Having memorized these particularly verses many years ago, I often quote them in my teaching and in conversations regarding spiritual matters. These traits of the fruit of the Spirit identified by the apostle Paul have provided a useful checklist to gauge whether my inclinations are driven more by my flesh or the Holy Spirit.

Love, joy, peace, patience, kindness, goodness, faithfulness, gentleness, and self-control. I typed those words without looking at the text. They flow together so well and are easily memorized. Replacing patience with forbearance disrupts that flow. I stumble every time I try to quote it now. Why change such a powerful and poetic list?

Then I quickly realized that my negative reaction to this change was being driven by my flesh as the Spirit revealed to me that the word forbearance better conveys his intent when Paul penned his letter to the Galatians. According to my Wycliffe Bible Commentary, the Greek word Paul used literally means long-spiritedness. The King James Version (KJV) translates it as “long-suffering”.

The word patience has a very broad application whereas the word forbearance relates specifically to our attitude toward others. According to Wycliffe, the word Paul used “involves a refusal to retaliate or work vengeance for wrong received”. My KJV Study Bible describes it as “a disposition quietly bearing injury”. Webster’s defines forbearance as “the quality of someone who is patient and able to deal with a difficult person or situation without becoming angry.”

As I reflect on these definitions, it becomes clear that forbearance is sorely lacking in our world today. Perhaps with a little more forbearance, our elected leaders might be better able to work together to develop solutions to the many problems facing this nation. With a little more forbearance, maybe Christians could overcome some of our denominational differences and present a more unified message to the lost people outside our church walls. (Are you listening, Southern Baptists?)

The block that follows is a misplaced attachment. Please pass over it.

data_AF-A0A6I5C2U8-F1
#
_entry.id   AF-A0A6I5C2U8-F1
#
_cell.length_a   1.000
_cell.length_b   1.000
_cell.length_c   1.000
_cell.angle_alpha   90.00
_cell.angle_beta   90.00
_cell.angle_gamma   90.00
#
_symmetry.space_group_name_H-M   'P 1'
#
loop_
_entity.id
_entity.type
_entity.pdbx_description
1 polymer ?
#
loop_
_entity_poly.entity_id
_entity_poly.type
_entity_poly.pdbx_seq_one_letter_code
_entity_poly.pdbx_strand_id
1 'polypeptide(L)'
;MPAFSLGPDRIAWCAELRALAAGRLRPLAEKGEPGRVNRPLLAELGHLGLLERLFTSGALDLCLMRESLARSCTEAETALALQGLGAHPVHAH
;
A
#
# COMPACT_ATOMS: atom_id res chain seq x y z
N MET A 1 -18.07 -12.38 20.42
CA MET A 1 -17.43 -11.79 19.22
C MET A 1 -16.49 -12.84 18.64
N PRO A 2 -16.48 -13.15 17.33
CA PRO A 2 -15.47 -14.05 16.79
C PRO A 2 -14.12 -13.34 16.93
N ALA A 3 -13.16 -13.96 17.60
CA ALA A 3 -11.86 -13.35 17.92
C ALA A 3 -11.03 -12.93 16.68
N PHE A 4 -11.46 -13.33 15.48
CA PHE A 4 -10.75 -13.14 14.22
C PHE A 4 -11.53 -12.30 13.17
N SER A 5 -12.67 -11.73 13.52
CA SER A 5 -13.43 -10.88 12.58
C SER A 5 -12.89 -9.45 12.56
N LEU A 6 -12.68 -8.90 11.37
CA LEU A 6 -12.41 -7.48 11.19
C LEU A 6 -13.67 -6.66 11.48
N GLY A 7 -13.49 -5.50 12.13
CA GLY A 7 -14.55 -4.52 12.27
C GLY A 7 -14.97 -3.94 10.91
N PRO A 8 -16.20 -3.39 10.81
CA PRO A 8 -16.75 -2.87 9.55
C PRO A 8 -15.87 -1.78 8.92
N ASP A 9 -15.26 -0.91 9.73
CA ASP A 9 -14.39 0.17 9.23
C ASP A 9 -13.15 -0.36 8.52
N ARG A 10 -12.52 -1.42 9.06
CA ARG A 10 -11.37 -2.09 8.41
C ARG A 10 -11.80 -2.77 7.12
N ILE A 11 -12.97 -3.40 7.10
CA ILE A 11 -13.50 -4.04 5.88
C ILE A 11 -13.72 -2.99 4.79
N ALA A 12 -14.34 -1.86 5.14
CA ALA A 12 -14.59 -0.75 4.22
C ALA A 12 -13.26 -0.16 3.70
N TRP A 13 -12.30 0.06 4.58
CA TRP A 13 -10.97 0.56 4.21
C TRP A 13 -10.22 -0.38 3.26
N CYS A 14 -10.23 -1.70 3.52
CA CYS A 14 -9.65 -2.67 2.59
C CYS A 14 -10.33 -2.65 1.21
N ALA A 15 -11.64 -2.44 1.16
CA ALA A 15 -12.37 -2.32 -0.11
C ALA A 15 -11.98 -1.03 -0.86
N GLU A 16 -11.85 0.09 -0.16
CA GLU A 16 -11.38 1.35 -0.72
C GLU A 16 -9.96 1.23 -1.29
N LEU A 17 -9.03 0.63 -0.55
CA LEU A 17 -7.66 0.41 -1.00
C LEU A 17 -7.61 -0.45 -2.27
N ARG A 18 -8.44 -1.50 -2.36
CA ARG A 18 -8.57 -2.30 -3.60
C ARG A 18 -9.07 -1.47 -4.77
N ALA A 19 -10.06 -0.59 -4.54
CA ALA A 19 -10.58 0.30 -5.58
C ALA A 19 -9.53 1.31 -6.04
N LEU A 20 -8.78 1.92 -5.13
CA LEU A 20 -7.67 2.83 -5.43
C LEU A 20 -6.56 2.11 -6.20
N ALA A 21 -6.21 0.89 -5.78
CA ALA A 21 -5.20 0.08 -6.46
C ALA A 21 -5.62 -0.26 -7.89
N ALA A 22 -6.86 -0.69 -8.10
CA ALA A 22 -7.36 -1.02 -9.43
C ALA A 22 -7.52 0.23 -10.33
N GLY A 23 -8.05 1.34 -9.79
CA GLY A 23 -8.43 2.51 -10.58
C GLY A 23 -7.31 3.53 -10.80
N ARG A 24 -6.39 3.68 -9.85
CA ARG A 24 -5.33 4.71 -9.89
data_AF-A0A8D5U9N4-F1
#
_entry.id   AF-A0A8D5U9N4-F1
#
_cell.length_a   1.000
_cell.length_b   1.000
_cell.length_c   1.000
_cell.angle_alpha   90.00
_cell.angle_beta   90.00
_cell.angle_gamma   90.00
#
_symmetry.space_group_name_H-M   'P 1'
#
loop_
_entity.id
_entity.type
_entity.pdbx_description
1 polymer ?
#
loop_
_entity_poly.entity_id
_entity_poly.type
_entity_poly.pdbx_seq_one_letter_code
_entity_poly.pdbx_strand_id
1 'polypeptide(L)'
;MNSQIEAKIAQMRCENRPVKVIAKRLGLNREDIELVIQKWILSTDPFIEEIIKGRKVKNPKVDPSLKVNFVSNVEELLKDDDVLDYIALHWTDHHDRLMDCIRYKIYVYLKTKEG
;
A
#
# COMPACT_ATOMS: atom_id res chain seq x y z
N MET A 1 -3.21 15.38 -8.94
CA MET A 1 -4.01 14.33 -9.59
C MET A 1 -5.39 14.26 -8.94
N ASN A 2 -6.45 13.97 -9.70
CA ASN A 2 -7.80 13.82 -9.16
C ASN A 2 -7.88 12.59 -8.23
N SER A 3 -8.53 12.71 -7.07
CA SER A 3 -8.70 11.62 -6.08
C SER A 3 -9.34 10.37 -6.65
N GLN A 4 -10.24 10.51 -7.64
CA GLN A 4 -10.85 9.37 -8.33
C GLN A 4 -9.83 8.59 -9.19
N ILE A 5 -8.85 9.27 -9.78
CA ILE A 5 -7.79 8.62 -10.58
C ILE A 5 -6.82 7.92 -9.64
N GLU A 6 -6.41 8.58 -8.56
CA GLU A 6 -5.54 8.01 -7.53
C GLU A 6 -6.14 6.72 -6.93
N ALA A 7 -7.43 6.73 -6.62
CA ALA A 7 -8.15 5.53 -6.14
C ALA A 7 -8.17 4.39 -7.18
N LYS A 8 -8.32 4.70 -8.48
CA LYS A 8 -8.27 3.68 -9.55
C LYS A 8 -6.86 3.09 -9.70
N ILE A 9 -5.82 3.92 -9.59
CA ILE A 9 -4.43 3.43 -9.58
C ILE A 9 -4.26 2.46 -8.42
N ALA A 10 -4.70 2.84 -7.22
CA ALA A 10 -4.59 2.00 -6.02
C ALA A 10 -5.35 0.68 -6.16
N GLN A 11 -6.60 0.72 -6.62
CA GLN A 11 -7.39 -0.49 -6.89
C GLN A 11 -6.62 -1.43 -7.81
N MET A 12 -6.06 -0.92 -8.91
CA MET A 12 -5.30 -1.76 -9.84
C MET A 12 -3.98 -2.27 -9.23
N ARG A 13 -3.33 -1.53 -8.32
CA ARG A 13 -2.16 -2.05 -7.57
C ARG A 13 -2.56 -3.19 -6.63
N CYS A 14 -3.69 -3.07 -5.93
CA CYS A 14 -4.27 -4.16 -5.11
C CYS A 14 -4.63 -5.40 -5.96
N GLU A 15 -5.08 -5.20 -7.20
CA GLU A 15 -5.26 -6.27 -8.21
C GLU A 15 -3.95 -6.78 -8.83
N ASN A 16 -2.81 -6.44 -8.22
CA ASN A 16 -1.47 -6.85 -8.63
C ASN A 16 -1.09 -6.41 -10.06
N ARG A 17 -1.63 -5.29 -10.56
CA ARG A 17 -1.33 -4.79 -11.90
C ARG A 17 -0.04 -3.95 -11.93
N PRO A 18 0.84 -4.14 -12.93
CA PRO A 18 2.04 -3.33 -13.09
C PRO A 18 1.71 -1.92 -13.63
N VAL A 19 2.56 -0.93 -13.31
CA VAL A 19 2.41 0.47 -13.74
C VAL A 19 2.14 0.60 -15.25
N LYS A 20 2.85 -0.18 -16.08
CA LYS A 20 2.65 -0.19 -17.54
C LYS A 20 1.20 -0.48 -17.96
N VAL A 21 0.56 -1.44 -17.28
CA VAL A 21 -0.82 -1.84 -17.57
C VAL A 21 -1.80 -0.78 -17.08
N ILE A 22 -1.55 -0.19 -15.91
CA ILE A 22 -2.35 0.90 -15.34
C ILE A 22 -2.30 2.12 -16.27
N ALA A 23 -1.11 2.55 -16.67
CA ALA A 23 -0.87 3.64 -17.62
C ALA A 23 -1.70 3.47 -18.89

In Romans 3:25, Paul writes “God presented Christ as a sacrifice of atonement, through the shedding of his blood–to be received by faith. He did this to demonstrate his righteousness, because in his forbearance he had left the sins committed beforehand unpunished.” (NIV) Aren’t you thankful for God’s forbearance? How can we fail to practice forbearance toward others while enjoying God’s forbearance toward us?

In our fleshly pride, forbearance does not come naturally. While we can sometimes fake some aspects of the fruit of the Spirit Paul identifies in Galatians 5:22-23, forbearance may be our best indicator of who is winning the ongoing battle for the control of our heart – our flesh or the Holy Spirit.

May we all display a little more patience forbearance with those whom God places in our paths this week. (Old habits are so hard to break!)

“Finally, all of you, be like-minded, be sympathetic, love one another, be compassionate and humble. Do not repay evil with evil or insult with insult. On the contrary, repay evil with blessing, because to this you were called so that you may inherit a blessing.” (1 Peter 3:8-9 NIV)

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Does It Matter?

imageA headline in the online edition of Christianity Today last week caught my attention as it declared “Americans Warm Up to Every Religious Group Except Evangelicals”.

Without getting mired into the details of the Pew Research Study upon which the article was based, (If you’re interested, <click here> ) I will just note that it was based upon a recent survey of 4200 Americans as to how favorably they viewed various religious groups: Jews, Catholics, Mainline Protestants, Evangelical Christians, Buddhists, Hindus, Mormons, Atheists, and Muslims.

The main point emphasized by the article was that every religious group received a notably more favorable rating than it had received in 2014 with one glaring exception – evangelical Christians, who remained steady at 61% favorability.

On the surface, that might not sound so discouraging unless you drill a little deeper into the results. Removing the responses of evangelical Christians, who rated themselves very highly, drops the favorability rating of evangelicals down to just 32% among non-evangelicals. Additionally, the research revealed that respondents from the Millennial generation viewed evangelicals equally favorably as they viewed Muslims and atheists. Take a moment to let that sink in!